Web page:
Which is to say: on this interpretation of divine omnipotence, science is impossible. We cannot predict the result of an experiment, because next time God may decide differently. We cannot even lay down laws of nature based on previous experience, because to call a law a “law” is to claim to be able to bind God, which is blasphemy.
  This is not merely an academic quibble. When the 11th-century Muslim philosopher al-Ghazāli propounded this very idea, it captured the mainstream of Islamic thinking and led to the virtual suicide of science in Islam and the abandonment of rational thinking about the physical world, as being unnecessary, or sacrilegious, or both.
  We are saved from this by this one little phrase in the Gospel, about loving God with all our mind. It is more than mere permission, it is a command to understand, to go out and do science, and it was followed whenever Christians had leisure to think. It led to the dazzling 13th-century renaissance and the birth of modern science, and we are still living through its consequences.
  As for divine omnipotence, this is not the place to go into it in detail, but the answer to al-Ghazāli must surely be that God can indeed make the glass bounce, but God cannot make the glass bounce and still be God, since to break the laws and regularities of nature whimsically and without reason would be to abandon lovability-with-the-mind. This is exactly the argument that theologians use against pointless or frivolous miracles, but it applies to science as well, and to the possibility of doing science at all.

About the author of the Second Reading in today's Office of Readings:

Second Reading: St Gregory Nazianzen (329 - 390)

Gregory Nazianzen, “Gregory of Nazianzus”, was the son of Gregory, Bishop of Nazianzus, a Christian convert. (Nazianzus is a small town in Cappadocia, now the village of Nenizi in the Turkish province of Aksaray).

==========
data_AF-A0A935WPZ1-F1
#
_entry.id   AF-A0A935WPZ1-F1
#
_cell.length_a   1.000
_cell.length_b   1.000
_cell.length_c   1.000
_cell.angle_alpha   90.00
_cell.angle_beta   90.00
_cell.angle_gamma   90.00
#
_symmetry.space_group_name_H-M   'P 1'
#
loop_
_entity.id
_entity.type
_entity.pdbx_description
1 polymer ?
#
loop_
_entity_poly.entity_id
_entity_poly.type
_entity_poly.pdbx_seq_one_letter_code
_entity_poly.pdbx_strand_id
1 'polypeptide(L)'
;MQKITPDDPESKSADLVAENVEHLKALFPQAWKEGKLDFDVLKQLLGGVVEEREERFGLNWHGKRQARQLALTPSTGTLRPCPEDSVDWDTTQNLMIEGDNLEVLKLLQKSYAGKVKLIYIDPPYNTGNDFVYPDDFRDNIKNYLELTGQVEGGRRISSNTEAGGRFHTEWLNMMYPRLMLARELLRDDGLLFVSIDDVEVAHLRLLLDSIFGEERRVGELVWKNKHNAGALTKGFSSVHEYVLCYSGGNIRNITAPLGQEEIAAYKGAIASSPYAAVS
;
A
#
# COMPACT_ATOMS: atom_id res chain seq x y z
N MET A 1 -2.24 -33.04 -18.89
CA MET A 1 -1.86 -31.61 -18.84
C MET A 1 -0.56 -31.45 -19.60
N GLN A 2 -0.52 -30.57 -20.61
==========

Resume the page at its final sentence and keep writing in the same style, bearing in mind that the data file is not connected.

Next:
The culture of the Hellenic world means that a religion is not merely something to be lived: it also has to make sense. It has to work not only in practice, but in theory as well. Despite the passionate anti-Greek reaction of the Reformation, we are still, in this sense, all Greeks today. Take the doctrine of the Trinity, for example. Some people reject it because it sounds like polytheism. Instead, they make Jesus not God but only a man supremely favoured by God: the Arians believed this, and the Koran reflects this idea. Or they make Jesus not man but only God, and relegate the intense humanity of the Passion to the status of a mere performance, a show put on by God through phantoms and angels rather than something utterly real and of eternal significance. Both these responses show a general feature of heresies, which is that they simplify the richness of orthodoxy and flatten it into a shadow of itself. “Simpler” may well mean “more easily acceptable”, but that is not the same as “true”. One could simplify quantum physics and get rid of its paradoxes until there is no metaphysical weirdness for anyone to object to – that might well make more people happy, but it would not be true.
  The three men we call “the Cappadocian Fathers” were active after the Council of Nicaea, working to formulate Trinitarian doctrine precisely and, in particular, to pin down the meaning and role of the least humanly comprehensible member of the Trinity, the Holy Spirit. St Basil of Caesarea, “St Basil the Great”, was the leader and organizer; Gregory of Nazianzus was the thinker, the orator, the poet, pushed into administrative and episcopal roles by circumstances and by Basil; and Gregory of Nyssa, Basil’s younger brother, although not a great stylist, was the most gifted of the three as a philosopher and theologian. Together, the Cappadocian Fathers hammered out the doctrine of the Trinity like blacksmiths forging a piece of metal by hammer-blows into its perfect, destined shape. They were champions – and successful champions – of orthodoxy against Arianism, a battle that had to be conducted as much on the worldly and political plane as on the philosophical and theological one. The sciences ought not to have to work like this, but all of them, at one time or other in their history, do.